American cities such as Berkeley, San Jose, San Francisco, Houston, Los Angeles, New Orleans, Albuquerque, and other U.S. cities are moving to ban natural gas as a step toward becoming carbon free in the next few decades. They’re about to take one giant step toward Germany’s failed climate goals which should be a wake-up call for governments everywhere, but it appears our leaders deliberately intend to follow the German failure.

Germany tried to step up as a leader on climate change, by phasing out natural gas and nuclear, leaving them short of continuous generation plants that can work on the breezeless and dark days when wind farms and solar plants won’t provide much to the grid—and demand is at its peak. To replace that 24/7 generation, they pioneered a system of subsidies for wind and solar that sparked a global boom in manufacturing those technologies. 

Power prices in Germany are among the highest in Europe – but many customers continue to support the switch to renewable energy sources regardless. Today, German Households pay almost 50% more for electricity than they did in 2006.

To go carbon free in the next few decades in America is not going to be done focusing on just the limited and stymied “new” construction. To achieve the target will require inclusion of buildings built before 2020 that were constructed over the last 50+ years.

 The renewable energy term currently on the lips of anybody with a microphone in front of them is not energy in its totality, but just “electricity”. The world’s wind and solar farms can only produce electricity, and even that is intermittent, as we need the wind to blow or the sun to shine, or both continually, as far north as Oslo and as far south as Christchurch.  It is a given that this is not going to happen.  Electricity alone has its limitations about being able to energize (no pun intended) societies around the world.

 With the shuttering of nuclear and natural gas plants that have been generating continuously uninterruptable electricity, our elected officials seem to be oblivious to the fact that America has no electricity generating capacity to replace what’s being shuttered.

But wait, cities cannot generate that much renewable wind and solar electricity. The industry is still in its budding years and the technology to create or store massive amounts of electricity to be available “on demand” has not yet been developed.

Nor can electricity from wind and solar provide the thousands of products from petroleum that are part of every transportation infrastructure, electricity generation, cooling, heating, manufacturing, agriculture, and virtually every product used in our daily and leisurely lifestyles.

By driving the oil and gas industry out of America and into the dust bin of modern economics, cities are moving to lessen the power of one of the most successful industries in world economics and play right into the hands of Russia’s plan to control oil and natural gas exploration and distribution in the western world. But Russia’s plan to control the world’s energy needs is a topic for a more grandiose presentation. Let’s stick to the fallacies of electrical energy being able to support entire infrastructures.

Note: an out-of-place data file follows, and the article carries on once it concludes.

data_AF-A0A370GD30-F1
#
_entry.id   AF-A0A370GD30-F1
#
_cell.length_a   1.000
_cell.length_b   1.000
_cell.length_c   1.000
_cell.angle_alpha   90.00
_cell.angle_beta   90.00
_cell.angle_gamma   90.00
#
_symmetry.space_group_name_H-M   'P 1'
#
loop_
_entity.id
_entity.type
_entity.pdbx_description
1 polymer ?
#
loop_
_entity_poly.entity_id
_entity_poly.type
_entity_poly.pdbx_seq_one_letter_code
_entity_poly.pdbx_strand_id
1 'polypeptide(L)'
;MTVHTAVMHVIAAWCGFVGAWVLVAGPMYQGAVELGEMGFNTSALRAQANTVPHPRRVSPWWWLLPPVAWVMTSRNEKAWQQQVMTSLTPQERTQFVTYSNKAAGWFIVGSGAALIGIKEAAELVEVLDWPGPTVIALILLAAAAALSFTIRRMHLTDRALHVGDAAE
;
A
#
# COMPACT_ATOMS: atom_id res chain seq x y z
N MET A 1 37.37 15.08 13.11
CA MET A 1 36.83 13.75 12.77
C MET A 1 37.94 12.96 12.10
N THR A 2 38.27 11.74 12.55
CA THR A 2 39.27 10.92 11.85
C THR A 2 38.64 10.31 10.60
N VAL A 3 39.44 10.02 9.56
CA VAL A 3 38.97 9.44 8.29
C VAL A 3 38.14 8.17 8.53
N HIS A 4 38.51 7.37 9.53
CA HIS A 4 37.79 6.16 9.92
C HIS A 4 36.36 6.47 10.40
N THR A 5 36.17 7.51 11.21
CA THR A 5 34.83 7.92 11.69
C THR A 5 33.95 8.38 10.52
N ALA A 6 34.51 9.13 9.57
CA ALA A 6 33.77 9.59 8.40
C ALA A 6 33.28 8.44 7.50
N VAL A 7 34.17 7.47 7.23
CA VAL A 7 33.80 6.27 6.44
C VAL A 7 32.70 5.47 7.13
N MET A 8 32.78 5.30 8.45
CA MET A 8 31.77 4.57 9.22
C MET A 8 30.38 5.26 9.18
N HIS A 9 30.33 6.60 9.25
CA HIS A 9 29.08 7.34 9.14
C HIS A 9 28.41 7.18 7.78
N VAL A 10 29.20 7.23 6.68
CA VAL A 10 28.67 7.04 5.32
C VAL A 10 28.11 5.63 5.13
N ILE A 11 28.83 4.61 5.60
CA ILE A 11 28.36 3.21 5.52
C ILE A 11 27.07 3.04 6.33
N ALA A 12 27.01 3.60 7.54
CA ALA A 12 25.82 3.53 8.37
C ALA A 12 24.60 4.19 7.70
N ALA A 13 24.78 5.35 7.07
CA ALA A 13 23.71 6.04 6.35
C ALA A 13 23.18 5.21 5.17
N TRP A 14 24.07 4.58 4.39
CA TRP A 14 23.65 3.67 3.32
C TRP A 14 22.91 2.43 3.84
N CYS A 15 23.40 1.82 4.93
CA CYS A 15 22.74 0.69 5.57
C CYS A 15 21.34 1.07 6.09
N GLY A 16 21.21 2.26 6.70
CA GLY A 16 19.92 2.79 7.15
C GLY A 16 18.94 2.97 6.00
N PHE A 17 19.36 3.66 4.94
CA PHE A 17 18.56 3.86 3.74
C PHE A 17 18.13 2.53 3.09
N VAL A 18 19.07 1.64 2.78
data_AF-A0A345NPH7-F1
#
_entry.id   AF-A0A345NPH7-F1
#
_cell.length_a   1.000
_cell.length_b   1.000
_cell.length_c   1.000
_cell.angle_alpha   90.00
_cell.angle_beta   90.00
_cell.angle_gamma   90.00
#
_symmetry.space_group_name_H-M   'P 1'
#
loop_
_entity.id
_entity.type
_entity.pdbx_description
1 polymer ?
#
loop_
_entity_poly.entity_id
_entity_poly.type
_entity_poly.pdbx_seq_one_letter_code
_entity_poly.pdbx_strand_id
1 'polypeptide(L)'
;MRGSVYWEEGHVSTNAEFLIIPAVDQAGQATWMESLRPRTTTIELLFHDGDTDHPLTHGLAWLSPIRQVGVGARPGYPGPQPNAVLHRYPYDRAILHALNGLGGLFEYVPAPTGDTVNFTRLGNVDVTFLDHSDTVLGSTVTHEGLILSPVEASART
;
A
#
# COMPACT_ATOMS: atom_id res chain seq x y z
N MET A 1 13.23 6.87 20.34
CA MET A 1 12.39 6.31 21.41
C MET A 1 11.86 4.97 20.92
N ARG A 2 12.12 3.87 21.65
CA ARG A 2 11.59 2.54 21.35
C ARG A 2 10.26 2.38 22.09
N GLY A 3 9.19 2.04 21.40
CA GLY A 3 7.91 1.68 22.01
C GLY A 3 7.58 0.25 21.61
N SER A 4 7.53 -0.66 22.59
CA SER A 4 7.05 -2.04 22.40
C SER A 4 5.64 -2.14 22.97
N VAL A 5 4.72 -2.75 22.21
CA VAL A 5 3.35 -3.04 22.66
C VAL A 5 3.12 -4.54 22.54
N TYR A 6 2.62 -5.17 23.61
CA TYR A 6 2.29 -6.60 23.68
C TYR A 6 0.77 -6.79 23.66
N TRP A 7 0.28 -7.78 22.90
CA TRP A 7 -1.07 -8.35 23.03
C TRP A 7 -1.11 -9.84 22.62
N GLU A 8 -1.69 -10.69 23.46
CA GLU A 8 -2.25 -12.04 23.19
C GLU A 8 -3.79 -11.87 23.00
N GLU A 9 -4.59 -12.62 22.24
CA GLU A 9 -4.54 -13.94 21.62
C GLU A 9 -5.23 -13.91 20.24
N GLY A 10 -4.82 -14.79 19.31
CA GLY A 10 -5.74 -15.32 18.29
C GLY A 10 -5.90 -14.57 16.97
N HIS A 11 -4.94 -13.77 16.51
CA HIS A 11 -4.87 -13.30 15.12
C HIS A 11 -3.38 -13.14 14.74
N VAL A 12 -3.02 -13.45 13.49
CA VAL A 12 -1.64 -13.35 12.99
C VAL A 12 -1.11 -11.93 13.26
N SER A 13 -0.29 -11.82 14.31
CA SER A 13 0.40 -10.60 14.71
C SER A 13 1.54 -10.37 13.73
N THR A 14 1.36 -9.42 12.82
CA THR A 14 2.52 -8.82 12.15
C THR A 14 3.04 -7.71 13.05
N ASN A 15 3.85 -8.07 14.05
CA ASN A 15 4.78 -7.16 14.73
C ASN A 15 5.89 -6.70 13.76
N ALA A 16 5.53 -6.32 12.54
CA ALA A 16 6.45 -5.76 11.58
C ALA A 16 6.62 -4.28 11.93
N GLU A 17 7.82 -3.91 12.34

The Green New Deal’s push to bad mouth deep earth fuels and transform the U.S. and eventually the world into an ecologically sound “utopia” of intermittent electricity will not end well for small and medium economies across the U.S. and the world. This banning directive of natural gas without a “real” replacement fuel is a logistical boondoggle. It’s forcing the hand of experimental scientists to push their studies into high gear to come up with a product or system that is going to provide continuous reliable power to light and run entire cities 24/7/365 for the foreseeable future. 

 These cities are trying to influence elected officials nationwide to focus on those subsidized low-power density renewables of wind and solar intermittent electricity for their economies, but the world economies are driven by continuous power, not intermittent power. The two prime movers that have done more for the cause of globalization; the diesel engine and the jet turbine, get their fuels from oil and without this fuel transportation and commerce would return to the pre-Industrial revolution age. 

Leaders of American cities seem to ignore the fact that the State of California, the 5th largest economy in the world, is already a National Security Risk to America because of its desire to import oil from friendly and not so friendly foreign countries as its in-state crude oil production and Alaskan oil imports have been in decline for decades and exponentially not meeting the states’ growing energy needs. According to the California Energy Commission, California increased crude oil imports from foreign countries from 5% in 1992 to 57% in 2018. The cost of importing crude at such a rate will bankrupt almost every other state in the U.S.

Also, in California, as a result of the state’s over regulations, its emissions crusade, the subsidizing funds required by low-power-density renewables, and the state’s general high cost of living, California households are already paying more than 40% more, and industrial users are paying upwards of 100% more than the national average for electricity according to 2018 data from the U.S. Energy Information Administration (EIA). Those costs are expected to increase significantly with the implementation of SB 100 (The Renewable Energy Mandate) and the need to import more electricity.

The future economic viability of the American economy will depend on our citizens electing representatives who understand basic math.

Author

  • Ron Stein is an engineer who, drawing upon 25 years of project management and business development experience, launched PTS Advance in 1995. He is an author, engineer, and energy expert who writes frequently on issues of energy and economics.